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Do Banks Buy Mortgages?

Homebuyers paying their monthly installments on time and regularly might be a bit surprised if they receive notice about another bank now owning their loan. Do banks buy mortgages, is it common practice, and what does it mean for the borrower?

Do banks buy mortgages? Yes, banks buy mortgages as a common practice. What it means is that the original lender has sold the rights to service the loan to a bank that was interested in buying. However, there is no need to be worried if you have received such a notice. For the borrower, everything remains the same as per the contract, but the address where you are referring your payments.

Two people signing papers for a loan

This is all done in accordance with regulation permits and federal banking laws. It is also not required for them to get consent from the consumer. But what interest does a bank have in buying your loan and your original lender in selling?

Do Banks Buy Mortgages From the Original Lender?

Owning a home is a goal many of us strive for, and although the home-buying process in itself is unavoidable, it’s rather complex. But once you’ve gone through all the paperwork, you have the task of finding out whether you can mortgage land and figuring out are mortgage points closing costs. Eventually, it led you to a loan, and you were only left to pay your installments.

But it also may happen that you receive notice of your loan changing the servicer. So, another bank has bought your loan. How common is this, and what does it mean for you?

How Will This Affect You?

Your mortgage is personal property, that is true. And although you have received a letter that states your loan has been sold to a bank, it shouldn’t alarm you. This is a standard practice among lenders, and a single loan can be sold several times.

It’s essential to realize that the deed when you have a mortgage isn’t with you but instead with the lender. The lender’s view on the same loan also quite differs from yours – they view it as a financial asset. So, it’s no wonder that a bank can buy your loan or that a lender can sell it. Also, note that it is done according to federal banking laws, along with the regulation permit.

Once the rights to service a loan have been sold to a bank, it’s the bank’s responsibility to collect regular monthly payments. So, for you as a borrower, there’s only one thing that changes – the name of the financial institution you’re paying to and their address.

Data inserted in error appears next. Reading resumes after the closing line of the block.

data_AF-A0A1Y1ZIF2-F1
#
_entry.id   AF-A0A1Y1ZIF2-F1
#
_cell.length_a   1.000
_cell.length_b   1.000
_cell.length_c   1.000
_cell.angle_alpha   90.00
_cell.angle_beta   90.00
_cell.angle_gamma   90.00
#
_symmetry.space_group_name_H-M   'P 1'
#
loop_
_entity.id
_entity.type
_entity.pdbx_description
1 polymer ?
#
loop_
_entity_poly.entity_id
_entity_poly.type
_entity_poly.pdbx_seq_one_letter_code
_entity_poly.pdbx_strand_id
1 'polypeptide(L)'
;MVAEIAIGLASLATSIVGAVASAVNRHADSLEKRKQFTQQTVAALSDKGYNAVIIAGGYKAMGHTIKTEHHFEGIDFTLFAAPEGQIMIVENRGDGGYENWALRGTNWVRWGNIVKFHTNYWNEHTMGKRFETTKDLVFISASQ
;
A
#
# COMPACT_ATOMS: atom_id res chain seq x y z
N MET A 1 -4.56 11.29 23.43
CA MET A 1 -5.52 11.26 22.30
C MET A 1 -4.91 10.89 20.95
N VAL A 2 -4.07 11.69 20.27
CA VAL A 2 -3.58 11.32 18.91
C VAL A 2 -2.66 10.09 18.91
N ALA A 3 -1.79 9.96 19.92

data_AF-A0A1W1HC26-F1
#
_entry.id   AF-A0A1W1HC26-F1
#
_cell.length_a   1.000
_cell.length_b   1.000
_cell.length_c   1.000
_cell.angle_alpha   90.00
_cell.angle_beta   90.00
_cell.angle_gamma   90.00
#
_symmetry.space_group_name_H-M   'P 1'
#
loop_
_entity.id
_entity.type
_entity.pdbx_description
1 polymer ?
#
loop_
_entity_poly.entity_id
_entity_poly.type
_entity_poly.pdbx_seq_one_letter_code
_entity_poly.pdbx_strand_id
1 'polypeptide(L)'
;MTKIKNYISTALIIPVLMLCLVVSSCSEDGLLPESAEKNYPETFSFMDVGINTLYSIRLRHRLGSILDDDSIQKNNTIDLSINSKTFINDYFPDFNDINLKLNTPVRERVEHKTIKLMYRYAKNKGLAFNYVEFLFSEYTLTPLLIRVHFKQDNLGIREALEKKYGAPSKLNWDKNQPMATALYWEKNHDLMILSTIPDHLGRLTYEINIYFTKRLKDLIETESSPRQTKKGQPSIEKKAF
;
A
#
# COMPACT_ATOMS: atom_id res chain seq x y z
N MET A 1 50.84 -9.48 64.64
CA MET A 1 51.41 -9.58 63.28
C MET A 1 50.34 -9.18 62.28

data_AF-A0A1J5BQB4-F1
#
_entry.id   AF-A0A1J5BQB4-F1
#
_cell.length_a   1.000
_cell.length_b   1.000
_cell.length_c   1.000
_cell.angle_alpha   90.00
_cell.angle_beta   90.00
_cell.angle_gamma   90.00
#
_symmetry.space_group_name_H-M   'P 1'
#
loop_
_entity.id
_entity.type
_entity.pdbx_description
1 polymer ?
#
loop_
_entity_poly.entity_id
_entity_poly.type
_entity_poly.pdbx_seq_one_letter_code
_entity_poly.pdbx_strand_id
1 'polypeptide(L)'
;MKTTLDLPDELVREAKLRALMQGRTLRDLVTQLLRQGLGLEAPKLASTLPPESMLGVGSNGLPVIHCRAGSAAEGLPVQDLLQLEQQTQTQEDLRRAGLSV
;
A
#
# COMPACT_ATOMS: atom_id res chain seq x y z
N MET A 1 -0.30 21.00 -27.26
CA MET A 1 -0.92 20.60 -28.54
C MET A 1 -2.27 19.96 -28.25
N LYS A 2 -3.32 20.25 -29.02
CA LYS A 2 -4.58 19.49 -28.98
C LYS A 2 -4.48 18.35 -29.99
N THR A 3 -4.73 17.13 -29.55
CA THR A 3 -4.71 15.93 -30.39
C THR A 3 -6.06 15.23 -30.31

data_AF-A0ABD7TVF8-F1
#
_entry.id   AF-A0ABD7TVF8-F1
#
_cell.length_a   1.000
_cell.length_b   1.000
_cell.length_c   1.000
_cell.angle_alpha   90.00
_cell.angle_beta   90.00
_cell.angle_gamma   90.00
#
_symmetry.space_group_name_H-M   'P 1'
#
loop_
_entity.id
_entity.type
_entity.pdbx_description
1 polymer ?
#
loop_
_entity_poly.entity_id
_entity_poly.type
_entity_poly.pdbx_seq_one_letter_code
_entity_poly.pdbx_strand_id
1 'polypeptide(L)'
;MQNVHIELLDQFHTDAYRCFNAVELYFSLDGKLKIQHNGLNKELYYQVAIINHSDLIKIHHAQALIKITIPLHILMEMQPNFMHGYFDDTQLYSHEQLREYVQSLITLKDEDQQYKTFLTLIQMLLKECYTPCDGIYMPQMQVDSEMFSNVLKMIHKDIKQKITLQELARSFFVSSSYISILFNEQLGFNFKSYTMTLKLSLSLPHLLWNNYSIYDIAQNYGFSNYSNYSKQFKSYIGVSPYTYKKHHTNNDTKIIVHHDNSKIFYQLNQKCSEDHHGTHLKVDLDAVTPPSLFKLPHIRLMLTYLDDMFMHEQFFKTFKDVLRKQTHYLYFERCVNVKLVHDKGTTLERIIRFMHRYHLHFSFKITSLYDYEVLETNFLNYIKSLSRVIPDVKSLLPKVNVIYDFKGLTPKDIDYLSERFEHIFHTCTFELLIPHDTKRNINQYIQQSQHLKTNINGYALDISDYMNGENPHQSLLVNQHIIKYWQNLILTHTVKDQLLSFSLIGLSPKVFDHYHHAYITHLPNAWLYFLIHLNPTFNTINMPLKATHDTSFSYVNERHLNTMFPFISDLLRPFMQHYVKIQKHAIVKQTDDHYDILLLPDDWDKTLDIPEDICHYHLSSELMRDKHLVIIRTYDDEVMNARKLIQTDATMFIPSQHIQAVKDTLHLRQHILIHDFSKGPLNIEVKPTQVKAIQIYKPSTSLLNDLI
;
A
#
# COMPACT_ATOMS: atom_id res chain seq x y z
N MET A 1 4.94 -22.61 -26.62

Keys on top of papers

There Are Several Reasons Why a Loan Is Sold

No matter which lender you’ve opted for, they may decide to sell your loan after some time. For example, you’ve read some absolutely positive Angel Oak Mortgage reviews and decided to apply for a loan from them. You’ve begun to pay the monthly installments regularly, but after some time, they have notified you that another organization, like Bank of America Mortgage, is now the servicer of the loan. But why would Angel Oak Mortgage decide to sell it? There may be several reasons for it:

  • The lender might have decided to sell your loan to gain back capital. In truth, most mortgages take quite some time to pay off – from 15 to 30 years. Along with the fact that the loan amount can be considerable, a lender may not be able to provide any other borrower with financing. By selling a loan to an interested bank, they manage to gain back some of the capital.
  • Another reason behind a decision to sell a loan is to create profit for the lender. Although lenders earn money by servicing the loan through originating fees and regular interest, there is another value in loans. The profit is also generated once the loan is sold to another bank.

The Difference Between a Mortgage Originator, a Servicer, and a Lender

From the first point of contact when you apply for a loan through a mortgage originator, through the contract with the lender that gives out the loan, and to the servicer, your loan goes through several stages. The table below shows the differences between the three.

Mortgage OriginatorServicerLender
Aids you in getting a loanThey manage a loan after closingThey finance a loan
They are paid to originate the loan through commission or feesThey can be the lender, although not necessarilyThey are a financial organization, such as a bank or a credit union
They can work independently, or for a financial organizationThey charge the lender for loan servicingThey earn money through the life of the loan on charging the interest

You Should Know Your Rights as a Borrower When the Loan Is Sold

While the terms of the loan stay the same when the rights for servicing have been sold to another bank, you should also know what your rights are. According to federal law, both of these financial organizations are obliged to notify the borrower of the loan being sold.

The mortgage originator should inform the borrower of this transaction at least 15 days before the start of the process. The bank that will be the new owner of the servicing rights has 30 days after the process is concluded to notify you. You should also keep in mind that you will get a grace period of 60 days in order to avoid any mistakes when making payments.

Keys on a contract

When a Bank Buys a Loan, It Doesn’t Affect the Loan Terms

If you get a notice about your loan being sold to another bank, you shouldn’t worry. The terms you’ve signed on your mortgage remain the same, with the exception of the company name and address to which you are making your payments. This is a standard practice amongst lenders and is a common occurrence in the mortgage market. But also keep in mind that if you notice anything out of the ordinary regarding your payments, contact the bank and sort it out right away.